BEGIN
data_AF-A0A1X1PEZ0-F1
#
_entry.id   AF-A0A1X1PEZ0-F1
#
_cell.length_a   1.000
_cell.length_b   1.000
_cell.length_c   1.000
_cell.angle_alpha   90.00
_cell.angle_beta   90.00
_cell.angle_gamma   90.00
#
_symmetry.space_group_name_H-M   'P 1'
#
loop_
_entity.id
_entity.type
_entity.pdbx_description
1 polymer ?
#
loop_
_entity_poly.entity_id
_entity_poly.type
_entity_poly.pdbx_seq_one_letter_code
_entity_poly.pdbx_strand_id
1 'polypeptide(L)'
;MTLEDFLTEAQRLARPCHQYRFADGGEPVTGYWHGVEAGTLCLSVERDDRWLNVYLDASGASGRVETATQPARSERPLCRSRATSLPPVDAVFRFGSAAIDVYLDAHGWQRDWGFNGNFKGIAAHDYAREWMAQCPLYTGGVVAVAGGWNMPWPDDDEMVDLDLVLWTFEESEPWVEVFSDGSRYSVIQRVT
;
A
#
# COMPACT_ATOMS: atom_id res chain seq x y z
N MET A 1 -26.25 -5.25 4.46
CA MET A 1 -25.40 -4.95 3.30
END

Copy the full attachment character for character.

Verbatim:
data_AF-A0A1X1PEZ0-F1
#
_entry.id   AF-A0A1X1PEZ0-F1
#
_cell.length_a   1.000
_cell.length_b   1.000
_cell.length_c   1.000
_cell.angle_alpha   90.00
_cell.angle_beta   90.00
_cell.angle_gamma   90.00
#
_symmetry.space_group_name_H-M   'P 1'
#
loop_
_entity.id
_entity.type
_entity.pdbx_description
1 polymer ?
#
loop_
_entity_poly.entity_id
_entity_poly.type
_entity_poly.pdbx_seq_one_letter_code
_entity_poly.pdbx_strand_id
1 'polypeptide(L)'
;MTLEDFLTEAQRLARPCHQYRFADGGEPVTGYWHGVEAGTLCLSVERDDRWLNVYLDASGASGRVETATQPARSERPLCRSRATSLPPVDAVFRFGSAAIDVYLDAHGWQRDWGFNGNFKGIAAHDYAREWMAQCPLYTGGVVAVAGGWNMPWPDDDEMVDLDLVLWTFEESEPWVEVFSDGSRYSVIQRVT
;
A
#
# COMPACT_ATOMS: atom_id res chain seq x y z
N MET A 1 -26.25 -5.25 4.46
CA MET A 1 -25.40 -4.95 3.30